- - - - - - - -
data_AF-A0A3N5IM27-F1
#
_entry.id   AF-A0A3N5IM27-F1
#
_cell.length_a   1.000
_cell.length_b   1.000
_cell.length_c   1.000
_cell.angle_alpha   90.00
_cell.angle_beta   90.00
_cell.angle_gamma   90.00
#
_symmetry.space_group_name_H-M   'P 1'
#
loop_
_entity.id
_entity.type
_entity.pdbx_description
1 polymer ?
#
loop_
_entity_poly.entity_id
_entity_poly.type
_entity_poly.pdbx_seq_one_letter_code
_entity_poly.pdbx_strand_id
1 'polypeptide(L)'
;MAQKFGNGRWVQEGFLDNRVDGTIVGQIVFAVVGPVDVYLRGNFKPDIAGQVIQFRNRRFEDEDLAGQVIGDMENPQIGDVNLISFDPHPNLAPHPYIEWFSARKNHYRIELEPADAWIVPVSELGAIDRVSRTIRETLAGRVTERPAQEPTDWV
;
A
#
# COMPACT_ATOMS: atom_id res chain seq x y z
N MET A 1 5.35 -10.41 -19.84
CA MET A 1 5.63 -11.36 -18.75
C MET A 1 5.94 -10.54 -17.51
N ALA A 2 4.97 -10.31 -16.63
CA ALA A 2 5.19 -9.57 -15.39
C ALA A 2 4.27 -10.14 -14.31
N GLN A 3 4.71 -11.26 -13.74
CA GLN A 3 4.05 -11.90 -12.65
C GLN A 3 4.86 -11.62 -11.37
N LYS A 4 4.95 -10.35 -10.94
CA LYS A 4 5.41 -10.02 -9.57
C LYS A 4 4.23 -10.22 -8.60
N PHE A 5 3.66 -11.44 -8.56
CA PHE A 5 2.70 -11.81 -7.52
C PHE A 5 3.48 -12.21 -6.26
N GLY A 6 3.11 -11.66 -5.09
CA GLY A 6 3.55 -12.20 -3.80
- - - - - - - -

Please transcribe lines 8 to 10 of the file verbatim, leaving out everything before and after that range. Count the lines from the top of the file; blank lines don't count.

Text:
_cell.angle_alpha   90.00
_cell.angle_beta   90.00
_cell.angle_gamma   90.00